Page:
Do you mention politics or religion in your blog or social media conversations?

Do You Mention Politics or Religion?
View Results
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Comments

  1. As I always tell to those who bring this up during our conversations; “we are political animals.” The other one is, “Everything is political. It all begins with sex.”

  2. As I always tell to those who bring this up during our conversations; “we are political animals.” The other one is, “Everything is political. It all begins with sex.”

  3. I generally don’t discuss anything on my blog that I wouldn’t talk about in my real-world conversations. While I do discuss religion and politics on occasion, it’s generally only in passing, and that’s the way I approach similar topics on my blog. If I have an observation that contributes, then I may write about it, as I did in my post, No, it’s not a joke Ò€” it’s amazing!, which is an observation on the debates held just prior to the New Hampshire primaries. However, that was an exception, rather than what I normally write on.

  4. I generally don’t discuss anything on my blog that I wouldn’t talk about in my real-world conversations. While I do discuss religion and politics on occasion, it’s generally only in passing, and that’s the way I approach similar topics on my blog. If I have an observation that contributes, then I may write about it, as I did in my post, No, it’s not a joke Ò€” it’s amazing!, which is an observation on the debates held just prior to the New Hampshire primaries. However, that was an exception, rather than what I normally write on.

  5. We’ve been blogging about this topic lately, the latest post being keeping your content neutral.

    I can’t tell you the number of times I’ve been offended, insulted, upset or condescended to because people don’t take the time to be careful and respectful of other people’s beliefs and values.

    Like you, Chris, I kept my mouth shut for a long time. The result? I was very, very unhappy and began to find myself resentful and bitter. (I don’t want to drop another link in here, but search our blog for “Blogging Personality and Conflicting Views.”)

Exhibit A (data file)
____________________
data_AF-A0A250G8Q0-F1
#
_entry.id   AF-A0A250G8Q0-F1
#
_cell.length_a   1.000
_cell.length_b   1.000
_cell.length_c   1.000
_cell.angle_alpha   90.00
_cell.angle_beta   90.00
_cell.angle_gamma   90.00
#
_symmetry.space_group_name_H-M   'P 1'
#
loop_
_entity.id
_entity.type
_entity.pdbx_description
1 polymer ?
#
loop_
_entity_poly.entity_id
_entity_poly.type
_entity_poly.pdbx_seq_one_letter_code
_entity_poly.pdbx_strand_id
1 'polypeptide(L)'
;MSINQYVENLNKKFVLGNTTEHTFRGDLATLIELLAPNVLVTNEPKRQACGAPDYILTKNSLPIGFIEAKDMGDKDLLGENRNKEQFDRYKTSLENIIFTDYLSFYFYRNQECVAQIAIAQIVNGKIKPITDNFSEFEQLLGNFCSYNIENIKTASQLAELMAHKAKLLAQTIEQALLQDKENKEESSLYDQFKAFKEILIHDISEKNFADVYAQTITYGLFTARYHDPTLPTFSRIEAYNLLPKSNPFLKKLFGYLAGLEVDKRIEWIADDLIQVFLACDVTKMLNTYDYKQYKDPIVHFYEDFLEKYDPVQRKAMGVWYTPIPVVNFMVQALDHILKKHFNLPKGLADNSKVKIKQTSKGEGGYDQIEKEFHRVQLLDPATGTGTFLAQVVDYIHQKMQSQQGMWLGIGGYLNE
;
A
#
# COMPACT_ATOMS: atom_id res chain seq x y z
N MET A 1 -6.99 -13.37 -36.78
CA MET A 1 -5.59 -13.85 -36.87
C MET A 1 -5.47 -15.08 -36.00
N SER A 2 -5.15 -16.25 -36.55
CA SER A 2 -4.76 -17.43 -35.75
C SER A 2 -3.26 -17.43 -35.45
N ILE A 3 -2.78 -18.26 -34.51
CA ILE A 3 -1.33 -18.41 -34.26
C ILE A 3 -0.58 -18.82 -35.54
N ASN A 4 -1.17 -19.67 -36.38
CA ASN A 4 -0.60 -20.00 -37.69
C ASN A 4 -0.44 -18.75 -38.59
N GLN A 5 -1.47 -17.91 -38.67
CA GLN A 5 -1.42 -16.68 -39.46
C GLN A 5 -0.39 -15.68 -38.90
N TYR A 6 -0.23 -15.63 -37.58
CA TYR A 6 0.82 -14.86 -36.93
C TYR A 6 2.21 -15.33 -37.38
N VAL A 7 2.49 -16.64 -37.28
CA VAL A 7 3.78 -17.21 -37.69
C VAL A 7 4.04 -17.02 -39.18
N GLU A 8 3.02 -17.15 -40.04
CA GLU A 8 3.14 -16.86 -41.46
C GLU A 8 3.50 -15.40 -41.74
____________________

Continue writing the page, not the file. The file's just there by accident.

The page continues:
It’s an international world, and being respectful of all cultures, views and beliefs is important.

  6. We’ve been blogging about this topic lately, the latest post being keeping your content neutral.

    I can’t tell you the number of times I’ve been offended, insulted, upset or condescended to because people don’t take the time to be careful and respectful of other people’s beliefs and values.

    Like you, Chris, I kept my mouth shut for a long time. The result? I was very, very unhappy and began to find myself resentful and bitter. (I don’t want to drop another link in here, but search our blog for “Blogging Personality and Conflicting Views.”)

    It’s an international world, and being respectful of all cultures, views and beliefs is important.

  7. Chris, on my business blog I don’t talk politics or religion, it simply isn’t relevant to my niche. But on my personal blog I do. In fact, my last blog post is, “Karma – I Got A Problem With It” πŸ™‚

    But your point is well taken – don’t put it out there is you could regret it later.

  8. Chris, on my business blog I don’t talk politics or religion, it simply isn’t relevant to my niche. But on my personal blog I do. In fact, my last blog post is, “Karma – I Got A Problem With It” πŸ™‚

    But your point is well taken – don’t put it out there is you could regret it later.

  9. Chris, Political campaigns create lots of discussion about marketing, branding, leadership, ethics and more. The fact that news stories are so accessible makes it easy to relate to them. So, why not discuss politics if it is relevant to your blog’s purpose?